Yesterday I went to lunch with an old friend of mine from high school. We've actually known each other since we were about 12, but I lost touch with her over the last few years. She did come to my baby shower, but this is the first time I've seen her since then. She just graduated and is working at the local NBC affiliate. She mentioned another friend of ours who also just graduated and is going into advertising PR. It's totally weird that my high school friends have graduated from college and are getting jobs straight out of a chick lit novel. I still need one more class to be a junior. I don't really have issues with that, beyond that since I took off last semester I feel like I'm getting stupider (see, I don't think stupider is even a word, further proof I'm becoming that), but I'm going back in the fall and I'll just keep doing it until I graduate. Plus, I'm not really worried about my career, because I have the perfect job other than the fact that I work with extreme dorks. Who are related to me. I work with my extremely dorky family. Ok, maybe I could use a career boost.

Anyway, this was going somewhere.

Oh, right.

It was mostly weird to reconnect with my friend yesterday because when I went off to college for the first time, I completely severed ties with my old friends. They weren't cool enough, didn't know people cool enough, didn't party enough, weren't fun enough. I replaced all my old friends with newer cooler ones. I wasn't ever planning on moving back to my hometown anyway, so I was just completely clean slating it. Then, I freaked out and DID move back to my hometown, therefore severing all ties with the newer cooler friends, and I'm back reconnecting with the original ones. But it's also only now that they've graduated that they really care about hanging out with me again too. I think a lot of them did the "better cooler friends" thing too to some extent.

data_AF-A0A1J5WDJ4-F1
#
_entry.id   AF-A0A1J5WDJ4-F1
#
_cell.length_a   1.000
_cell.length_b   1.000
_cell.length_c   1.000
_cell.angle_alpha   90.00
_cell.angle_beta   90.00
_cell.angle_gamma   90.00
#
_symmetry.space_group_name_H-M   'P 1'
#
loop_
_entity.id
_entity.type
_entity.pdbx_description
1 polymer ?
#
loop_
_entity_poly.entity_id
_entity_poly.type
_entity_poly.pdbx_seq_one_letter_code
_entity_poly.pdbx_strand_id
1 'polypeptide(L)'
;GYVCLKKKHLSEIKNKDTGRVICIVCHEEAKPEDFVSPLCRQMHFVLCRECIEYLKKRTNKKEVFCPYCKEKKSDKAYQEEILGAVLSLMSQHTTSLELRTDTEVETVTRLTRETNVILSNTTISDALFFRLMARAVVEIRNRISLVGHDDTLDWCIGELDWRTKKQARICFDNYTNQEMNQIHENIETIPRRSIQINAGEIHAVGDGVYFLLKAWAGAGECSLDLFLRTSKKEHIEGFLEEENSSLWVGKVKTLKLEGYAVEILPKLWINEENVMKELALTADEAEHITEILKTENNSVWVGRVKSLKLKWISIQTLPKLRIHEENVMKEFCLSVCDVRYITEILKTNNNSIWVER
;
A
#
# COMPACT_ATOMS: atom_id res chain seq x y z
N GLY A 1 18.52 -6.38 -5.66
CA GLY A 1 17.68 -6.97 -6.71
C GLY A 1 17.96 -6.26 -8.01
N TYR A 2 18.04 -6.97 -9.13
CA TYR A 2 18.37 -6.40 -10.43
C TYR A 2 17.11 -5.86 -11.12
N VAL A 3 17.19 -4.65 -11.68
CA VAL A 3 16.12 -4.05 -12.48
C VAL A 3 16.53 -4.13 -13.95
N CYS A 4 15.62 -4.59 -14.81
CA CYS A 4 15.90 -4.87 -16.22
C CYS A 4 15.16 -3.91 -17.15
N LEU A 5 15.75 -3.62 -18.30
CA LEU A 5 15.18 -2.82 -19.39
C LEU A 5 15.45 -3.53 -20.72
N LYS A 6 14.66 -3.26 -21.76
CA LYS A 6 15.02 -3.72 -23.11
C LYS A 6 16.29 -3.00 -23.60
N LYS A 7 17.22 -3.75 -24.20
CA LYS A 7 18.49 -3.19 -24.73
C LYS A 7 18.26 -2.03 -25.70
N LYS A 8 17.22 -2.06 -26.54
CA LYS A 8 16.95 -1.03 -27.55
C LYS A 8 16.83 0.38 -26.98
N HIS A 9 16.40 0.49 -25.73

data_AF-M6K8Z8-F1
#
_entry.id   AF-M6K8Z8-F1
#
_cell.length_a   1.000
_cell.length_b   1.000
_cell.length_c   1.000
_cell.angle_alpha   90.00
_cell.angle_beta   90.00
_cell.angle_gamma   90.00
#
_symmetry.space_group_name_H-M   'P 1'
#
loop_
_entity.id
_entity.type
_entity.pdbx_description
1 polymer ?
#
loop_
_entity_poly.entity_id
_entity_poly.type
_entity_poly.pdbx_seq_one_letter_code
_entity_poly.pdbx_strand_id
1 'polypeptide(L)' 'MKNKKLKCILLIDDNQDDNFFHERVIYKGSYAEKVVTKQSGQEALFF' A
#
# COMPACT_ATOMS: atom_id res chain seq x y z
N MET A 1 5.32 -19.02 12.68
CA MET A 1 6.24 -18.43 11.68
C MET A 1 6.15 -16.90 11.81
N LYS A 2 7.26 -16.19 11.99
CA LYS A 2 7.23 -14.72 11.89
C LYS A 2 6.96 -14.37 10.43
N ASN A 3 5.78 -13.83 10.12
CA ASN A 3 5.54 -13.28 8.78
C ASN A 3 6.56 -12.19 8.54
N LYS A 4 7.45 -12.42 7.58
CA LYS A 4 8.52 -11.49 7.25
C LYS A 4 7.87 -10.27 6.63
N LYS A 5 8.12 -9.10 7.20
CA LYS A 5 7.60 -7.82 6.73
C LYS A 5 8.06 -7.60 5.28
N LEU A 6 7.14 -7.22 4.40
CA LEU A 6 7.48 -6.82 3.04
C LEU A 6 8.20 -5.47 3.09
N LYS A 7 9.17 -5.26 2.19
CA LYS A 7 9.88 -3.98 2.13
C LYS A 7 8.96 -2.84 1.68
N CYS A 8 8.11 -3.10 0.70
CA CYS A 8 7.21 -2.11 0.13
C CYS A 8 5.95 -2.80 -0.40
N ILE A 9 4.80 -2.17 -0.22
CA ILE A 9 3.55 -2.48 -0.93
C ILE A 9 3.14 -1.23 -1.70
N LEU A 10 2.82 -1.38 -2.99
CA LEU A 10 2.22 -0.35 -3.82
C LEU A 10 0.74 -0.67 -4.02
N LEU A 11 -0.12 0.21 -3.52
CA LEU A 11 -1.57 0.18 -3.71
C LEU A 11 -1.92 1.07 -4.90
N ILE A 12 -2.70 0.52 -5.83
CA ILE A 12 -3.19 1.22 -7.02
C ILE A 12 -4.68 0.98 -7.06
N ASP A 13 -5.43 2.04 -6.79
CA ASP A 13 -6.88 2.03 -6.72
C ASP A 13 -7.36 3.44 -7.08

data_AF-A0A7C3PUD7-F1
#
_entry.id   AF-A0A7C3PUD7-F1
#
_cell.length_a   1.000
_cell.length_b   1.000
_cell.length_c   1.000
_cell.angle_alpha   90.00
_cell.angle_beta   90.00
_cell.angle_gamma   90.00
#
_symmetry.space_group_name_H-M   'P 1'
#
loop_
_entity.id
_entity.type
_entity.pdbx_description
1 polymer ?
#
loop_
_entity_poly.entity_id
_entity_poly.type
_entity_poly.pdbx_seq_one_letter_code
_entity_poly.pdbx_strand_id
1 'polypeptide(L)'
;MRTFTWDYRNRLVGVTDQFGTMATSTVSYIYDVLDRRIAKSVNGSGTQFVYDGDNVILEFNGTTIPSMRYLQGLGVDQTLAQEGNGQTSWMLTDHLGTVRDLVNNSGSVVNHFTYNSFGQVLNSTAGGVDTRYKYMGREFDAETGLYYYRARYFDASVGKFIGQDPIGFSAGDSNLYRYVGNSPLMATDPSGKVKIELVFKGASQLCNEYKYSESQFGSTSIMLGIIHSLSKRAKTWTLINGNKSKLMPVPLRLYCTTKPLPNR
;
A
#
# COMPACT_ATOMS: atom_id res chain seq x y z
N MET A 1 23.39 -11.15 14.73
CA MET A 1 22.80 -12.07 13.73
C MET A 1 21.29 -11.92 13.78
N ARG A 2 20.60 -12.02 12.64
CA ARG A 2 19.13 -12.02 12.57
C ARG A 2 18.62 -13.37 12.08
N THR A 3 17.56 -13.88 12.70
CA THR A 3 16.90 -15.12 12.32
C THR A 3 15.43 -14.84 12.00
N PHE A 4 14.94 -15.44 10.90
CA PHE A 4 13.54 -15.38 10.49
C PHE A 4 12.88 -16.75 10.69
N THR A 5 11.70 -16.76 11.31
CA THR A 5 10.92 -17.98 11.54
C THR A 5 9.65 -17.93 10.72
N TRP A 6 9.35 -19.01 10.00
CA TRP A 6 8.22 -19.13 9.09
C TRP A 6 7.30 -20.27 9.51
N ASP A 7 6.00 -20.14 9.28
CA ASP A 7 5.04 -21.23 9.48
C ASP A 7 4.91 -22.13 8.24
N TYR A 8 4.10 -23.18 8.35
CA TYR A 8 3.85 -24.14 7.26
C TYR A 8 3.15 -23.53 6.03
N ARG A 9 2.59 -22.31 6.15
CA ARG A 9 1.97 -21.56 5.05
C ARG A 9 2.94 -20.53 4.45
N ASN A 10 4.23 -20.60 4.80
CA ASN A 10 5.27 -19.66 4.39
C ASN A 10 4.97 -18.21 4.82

Was there a point to this?

Oh yeah.

Growing up. Sometimes it hits me right between the eyes that, hey, WOW, I'm actually growing up. Sitting across the table from my old friend at lunch, it definitely hit me. Maybe because I hadn't seen her in so long. But it made me remember how we used to ride the bus when we were in 6th grade, and talk about boys and life and what we were going to be when we grew up. And, all of a sudden, we did grow up. It's hard to remember the line between waiting to grow up and actually doing it, but one day you realize you passed that line long ago. It's not a bad thing, not a sad thing, just something I didn't think too much about until yesterday.

On the vaccination front: The baby went to his 6 month checkup yesterday and got the same shots he'd gotten so far, the DTaP etc., and the new ones that protect against meningitis. We told the doctor we didn't want him getting the chicken pox shot, but they don't do that until age 1. We also said we didn't want the hep B, and he said that it probably wasn't necessary to do it right now, but we should eventually, because you never know when your kid is going to need a blood transfusion in a third world country. Point taken. Consider this kid's father, and there is no doubt in my mind that the baby might end up in a third world country with a serious injury at some point in his life. But the Dr. also said the main vaccines people worry about are the MMR, measles mumps rubella, so that's the next point of study. When I get around to it. Hopefully I will sometime. Because I'm tired of writing all this vaccine stuff, it really burned me out. But, I will be researching the MMR, so you get to know about it too.